https://pl.wikipedia.org/wiki/Tajny_wsp ... 2pracownik
We have problems with that today - quite a lot people benefited from that level up in their carriers, and now they are saying, that this was not a problem, they didn't hurt anyone and so one. It is seldom that someone tells "sorry". Unfortunately.
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Re: Polski & Italiano Episode II: StringerBell Strikes Back

Postby Radioclare » Wed Jan 30, 2019 9:55 pm

StringerBell wrote:I came across the word "gówno" in my novel, which the internet tells me means "shit". Is gówno considered particularly vulgar? I know that kurwa is the all-purpose curseword that can be used anywhere, anytime :)


I just wanted to post to say that these are the first two words of Polish I've understood since I started reading your log :D

I briefly attended a Croatian class a few years ago and the teacher got really flustered one day when one of the students kept referring to "Bosnia and Herzegovna" (as opposed to "Bosnia and Herzegovina") in a discussion we were having in English about the former Yugoslavia. She refused to explain why, but instructed us that we must never pronounce it as "Herzegovna". Eventually with the help of a dictionary I figured out why :lol:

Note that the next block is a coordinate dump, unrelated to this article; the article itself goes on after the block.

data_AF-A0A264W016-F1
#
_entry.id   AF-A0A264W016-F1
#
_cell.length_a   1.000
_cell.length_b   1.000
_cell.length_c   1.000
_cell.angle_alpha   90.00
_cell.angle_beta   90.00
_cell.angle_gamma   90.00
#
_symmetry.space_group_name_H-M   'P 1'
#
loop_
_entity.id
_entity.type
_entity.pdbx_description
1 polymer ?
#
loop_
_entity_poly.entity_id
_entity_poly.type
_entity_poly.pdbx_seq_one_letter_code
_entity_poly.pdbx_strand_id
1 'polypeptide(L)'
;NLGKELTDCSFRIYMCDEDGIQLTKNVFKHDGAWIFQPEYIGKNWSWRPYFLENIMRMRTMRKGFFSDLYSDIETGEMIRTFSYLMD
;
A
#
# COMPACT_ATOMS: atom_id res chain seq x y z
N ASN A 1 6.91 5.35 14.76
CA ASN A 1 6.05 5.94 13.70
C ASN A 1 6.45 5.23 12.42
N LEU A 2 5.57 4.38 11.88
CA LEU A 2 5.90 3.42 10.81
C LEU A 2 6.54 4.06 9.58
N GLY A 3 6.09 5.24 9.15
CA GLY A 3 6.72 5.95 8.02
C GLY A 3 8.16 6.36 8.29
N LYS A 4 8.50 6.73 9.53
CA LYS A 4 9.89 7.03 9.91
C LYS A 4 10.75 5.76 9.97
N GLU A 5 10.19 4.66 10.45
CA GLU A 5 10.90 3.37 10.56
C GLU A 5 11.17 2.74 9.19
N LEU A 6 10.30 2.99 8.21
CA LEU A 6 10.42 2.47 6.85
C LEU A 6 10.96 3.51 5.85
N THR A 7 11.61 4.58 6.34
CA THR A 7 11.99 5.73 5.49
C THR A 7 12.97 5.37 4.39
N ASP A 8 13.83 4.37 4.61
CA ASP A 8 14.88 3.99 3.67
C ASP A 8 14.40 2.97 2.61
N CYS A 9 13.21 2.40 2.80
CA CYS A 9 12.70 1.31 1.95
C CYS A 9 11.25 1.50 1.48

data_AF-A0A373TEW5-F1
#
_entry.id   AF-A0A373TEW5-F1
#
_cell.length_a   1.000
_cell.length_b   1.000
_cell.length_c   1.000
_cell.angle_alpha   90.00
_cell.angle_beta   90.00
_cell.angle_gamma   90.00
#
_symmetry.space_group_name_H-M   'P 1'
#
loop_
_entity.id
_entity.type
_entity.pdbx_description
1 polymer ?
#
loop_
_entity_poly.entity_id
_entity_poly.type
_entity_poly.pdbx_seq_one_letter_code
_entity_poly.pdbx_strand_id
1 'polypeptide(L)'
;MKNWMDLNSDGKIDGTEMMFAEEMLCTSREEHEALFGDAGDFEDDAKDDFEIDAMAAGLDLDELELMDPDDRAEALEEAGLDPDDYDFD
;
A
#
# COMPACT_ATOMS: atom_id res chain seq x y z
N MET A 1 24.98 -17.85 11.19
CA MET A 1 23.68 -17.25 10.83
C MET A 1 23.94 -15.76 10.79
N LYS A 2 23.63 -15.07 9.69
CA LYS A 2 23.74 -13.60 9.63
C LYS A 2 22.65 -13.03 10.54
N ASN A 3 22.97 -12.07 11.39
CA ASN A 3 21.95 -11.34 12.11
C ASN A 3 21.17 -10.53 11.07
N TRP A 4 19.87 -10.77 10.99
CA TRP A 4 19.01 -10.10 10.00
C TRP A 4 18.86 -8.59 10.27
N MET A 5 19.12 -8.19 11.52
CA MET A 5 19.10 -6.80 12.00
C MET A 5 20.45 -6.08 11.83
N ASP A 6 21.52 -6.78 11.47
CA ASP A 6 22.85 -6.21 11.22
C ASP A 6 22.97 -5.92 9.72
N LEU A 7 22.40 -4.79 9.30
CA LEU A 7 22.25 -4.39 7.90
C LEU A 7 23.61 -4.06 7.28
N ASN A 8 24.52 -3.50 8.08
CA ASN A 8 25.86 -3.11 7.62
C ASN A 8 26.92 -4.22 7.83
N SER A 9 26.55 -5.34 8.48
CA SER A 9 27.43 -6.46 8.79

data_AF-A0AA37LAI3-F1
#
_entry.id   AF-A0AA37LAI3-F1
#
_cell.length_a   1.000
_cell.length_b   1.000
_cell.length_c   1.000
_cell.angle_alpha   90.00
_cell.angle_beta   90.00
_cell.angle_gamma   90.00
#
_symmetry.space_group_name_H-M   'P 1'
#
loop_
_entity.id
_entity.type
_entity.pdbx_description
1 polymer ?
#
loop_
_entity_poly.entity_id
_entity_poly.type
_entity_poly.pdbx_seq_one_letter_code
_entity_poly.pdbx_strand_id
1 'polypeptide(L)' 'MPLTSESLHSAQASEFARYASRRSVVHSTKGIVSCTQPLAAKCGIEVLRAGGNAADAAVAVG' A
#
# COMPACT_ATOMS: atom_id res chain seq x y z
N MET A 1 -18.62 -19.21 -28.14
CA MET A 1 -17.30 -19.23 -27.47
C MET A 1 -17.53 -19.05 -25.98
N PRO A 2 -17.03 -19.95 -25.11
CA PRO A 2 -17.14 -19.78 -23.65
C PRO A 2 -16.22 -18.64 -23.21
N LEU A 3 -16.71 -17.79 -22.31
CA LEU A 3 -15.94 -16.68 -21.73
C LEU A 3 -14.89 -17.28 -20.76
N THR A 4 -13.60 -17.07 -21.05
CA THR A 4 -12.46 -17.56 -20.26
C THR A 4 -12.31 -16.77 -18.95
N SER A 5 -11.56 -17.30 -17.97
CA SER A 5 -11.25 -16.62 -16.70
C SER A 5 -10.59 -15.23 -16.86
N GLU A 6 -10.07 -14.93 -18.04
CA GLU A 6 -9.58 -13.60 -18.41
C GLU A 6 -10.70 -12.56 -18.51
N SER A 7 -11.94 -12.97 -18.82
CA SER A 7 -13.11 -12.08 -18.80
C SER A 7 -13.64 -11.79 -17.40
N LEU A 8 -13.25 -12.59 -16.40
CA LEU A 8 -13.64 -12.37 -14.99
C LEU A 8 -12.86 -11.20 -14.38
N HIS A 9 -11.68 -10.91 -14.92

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Re: Polski & Italiano Episode II: StringerBell Strikes Back

Postby cjareck » Sun Feb 03, 2019 12:40 pm

Mały
domek
czerwonych
biedronek
niestety
musiałam
wyrzucić

This short sentence helps my daughter remember case names in Polish:
Mianownik
Dopełniacz
Celownik
Biernikwe
Narzędnik
Miejscownik
Wołacz
We are repeating with my oldest declination of phrases like "trzy książki". Tomorrow she has a class work on this topic. So yes in Polish schools children learn a lot of this kind of things ;)
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Re: Polski & Italiano Episode II: StringerBell Strikes Back

Postby StringerBell » Sun Feb 03, 2019 3:39 pm

I have no idea what those cases are or how those examples help with the cases! I kind of know that certain cases fulfill certain functions, but I can never remember what they are called or what declension tables are associated with them.